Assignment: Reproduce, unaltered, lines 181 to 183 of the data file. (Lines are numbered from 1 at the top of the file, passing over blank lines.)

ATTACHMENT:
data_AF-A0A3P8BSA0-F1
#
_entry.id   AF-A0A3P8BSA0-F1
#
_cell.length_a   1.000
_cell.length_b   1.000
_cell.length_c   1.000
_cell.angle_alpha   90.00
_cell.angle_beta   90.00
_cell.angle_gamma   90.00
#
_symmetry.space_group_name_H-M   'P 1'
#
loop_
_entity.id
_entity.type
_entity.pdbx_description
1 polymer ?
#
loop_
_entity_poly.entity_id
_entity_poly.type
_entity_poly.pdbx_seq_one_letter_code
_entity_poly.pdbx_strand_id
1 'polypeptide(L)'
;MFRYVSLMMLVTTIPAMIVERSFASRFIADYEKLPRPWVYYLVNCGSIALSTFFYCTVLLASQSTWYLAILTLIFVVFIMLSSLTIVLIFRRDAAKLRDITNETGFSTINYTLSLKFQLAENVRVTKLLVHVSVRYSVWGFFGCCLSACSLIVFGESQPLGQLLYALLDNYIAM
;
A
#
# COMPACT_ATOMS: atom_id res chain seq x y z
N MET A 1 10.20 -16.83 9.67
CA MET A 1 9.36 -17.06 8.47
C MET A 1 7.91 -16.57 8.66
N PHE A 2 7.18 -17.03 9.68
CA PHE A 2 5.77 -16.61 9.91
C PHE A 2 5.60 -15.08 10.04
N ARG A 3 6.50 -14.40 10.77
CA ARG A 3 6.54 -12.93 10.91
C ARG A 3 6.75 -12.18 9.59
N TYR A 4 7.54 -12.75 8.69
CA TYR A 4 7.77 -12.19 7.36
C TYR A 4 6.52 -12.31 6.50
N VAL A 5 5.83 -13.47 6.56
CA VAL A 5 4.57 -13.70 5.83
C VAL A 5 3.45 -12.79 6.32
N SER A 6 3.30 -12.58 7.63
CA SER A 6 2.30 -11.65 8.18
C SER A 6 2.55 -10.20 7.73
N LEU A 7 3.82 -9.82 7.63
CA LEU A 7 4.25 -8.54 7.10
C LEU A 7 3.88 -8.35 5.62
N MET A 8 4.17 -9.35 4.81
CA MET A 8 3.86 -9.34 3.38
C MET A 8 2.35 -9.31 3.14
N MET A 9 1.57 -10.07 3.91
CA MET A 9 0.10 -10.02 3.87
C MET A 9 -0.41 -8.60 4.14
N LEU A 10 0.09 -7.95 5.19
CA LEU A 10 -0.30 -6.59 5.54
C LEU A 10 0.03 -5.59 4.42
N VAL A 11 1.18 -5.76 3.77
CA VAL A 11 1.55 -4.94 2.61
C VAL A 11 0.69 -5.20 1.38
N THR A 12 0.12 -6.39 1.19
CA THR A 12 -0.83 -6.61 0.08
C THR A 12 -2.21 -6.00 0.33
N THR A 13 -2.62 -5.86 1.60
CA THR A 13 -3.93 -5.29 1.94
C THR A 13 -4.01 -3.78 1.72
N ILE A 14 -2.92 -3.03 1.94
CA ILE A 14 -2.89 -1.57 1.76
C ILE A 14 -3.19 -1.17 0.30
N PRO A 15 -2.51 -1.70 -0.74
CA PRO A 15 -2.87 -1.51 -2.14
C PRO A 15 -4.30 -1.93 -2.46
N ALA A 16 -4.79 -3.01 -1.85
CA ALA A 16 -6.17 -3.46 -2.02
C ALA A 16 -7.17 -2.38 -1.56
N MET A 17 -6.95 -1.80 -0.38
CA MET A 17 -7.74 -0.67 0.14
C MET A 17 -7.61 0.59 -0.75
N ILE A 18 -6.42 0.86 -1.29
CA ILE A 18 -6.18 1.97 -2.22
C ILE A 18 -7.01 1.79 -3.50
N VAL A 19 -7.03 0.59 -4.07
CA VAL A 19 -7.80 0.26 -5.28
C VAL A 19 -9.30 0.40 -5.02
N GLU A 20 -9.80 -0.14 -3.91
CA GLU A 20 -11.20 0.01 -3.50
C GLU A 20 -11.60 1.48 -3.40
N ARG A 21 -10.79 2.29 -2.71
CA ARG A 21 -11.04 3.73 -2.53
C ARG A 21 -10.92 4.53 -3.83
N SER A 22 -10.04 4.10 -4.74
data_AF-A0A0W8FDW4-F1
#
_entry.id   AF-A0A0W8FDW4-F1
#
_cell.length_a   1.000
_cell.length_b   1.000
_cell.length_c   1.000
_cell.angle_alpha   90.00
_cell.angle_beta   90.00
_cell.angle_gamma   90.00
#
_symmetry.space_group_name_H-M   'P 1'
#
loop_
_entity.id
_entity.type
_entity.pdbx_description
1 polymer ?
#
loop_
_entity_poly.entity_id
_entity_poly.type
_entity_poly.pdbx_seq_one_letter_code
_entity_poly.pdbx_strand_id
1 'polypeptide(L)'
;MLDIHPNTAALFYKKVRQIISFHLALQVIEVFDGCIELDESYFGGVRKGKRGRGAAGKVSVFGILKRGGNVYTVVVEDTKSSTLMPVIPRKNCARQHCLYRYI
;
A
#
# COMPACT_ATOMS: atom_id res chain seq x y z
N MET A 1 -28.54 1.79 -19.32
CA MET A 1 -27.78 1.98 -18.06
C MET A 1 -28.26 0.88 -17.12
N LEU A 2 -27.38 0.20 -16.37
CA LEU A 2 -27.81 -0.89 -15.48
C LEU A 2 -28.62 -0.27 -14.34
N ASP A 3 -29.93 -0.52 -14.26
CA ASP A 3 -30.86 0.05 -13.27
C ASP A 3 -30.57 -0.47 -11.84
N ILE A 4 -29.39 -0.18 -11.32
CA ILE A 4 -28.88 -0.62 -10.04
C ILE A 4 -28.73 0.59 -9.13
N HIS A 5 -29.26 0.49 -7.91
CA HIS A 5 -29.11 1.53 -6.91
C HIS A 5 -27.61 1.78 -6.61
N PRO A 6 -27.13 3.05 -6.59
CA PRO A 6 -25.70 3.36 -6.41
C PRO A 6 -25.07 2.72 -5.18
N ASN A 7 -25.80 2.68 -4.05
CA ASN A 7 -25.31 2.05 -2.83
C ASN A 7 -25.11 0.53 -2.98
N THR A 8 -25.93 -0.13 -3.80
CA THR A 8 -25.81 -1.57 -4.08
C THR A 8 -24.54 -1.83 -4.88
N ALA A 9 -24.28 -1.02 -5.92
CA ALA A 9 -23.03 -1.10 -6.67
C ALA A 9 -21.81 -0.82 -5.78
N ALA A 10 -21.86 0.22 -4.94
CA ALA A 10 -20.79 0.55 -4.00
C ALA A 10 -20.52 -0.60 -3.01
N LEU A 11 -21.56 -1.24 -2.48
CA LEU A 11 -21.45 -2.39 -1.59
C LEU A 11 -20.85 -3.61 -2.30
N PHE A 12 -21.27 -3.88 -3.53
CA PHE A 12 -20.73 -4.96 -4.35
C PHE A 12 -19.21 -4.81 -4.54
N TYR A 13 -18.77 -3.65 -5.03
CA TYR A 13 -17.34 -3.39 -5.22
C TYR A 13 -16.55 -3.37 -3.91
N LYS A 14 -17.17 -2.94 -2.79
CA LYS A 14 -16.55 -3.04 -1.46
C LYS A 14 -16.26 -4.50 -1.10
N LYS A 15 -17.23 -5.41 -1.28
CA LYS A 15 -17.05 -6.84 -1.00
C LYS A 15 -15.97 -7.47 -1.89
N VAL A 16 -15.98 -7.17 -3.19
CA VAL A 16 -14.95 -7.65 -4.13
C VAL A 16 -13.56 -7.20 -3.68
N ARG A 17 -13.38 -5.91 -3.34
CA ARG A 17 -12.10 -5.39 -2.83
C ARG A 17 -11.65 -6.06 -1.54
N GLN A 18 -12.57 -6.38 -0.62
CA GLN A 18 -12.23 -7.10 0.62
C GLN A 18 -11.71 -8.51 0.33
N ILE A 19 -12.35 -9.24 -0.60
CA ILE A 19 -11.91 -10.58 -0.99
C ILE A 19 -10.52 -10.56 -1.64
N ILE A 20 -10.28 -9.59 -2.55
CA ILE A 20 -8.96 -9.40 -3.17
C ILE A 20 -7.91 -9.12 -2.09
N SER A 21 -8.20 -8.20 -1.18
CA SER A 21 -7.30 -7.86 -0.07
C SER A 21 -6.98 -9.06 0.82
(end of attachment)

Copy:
C ILE A 19 -10.52 -10.56 -1.64
N ILE A 20 -10.28 -9.59 -2.55
CA ILE A 20 -8.96 -9.40 -3.17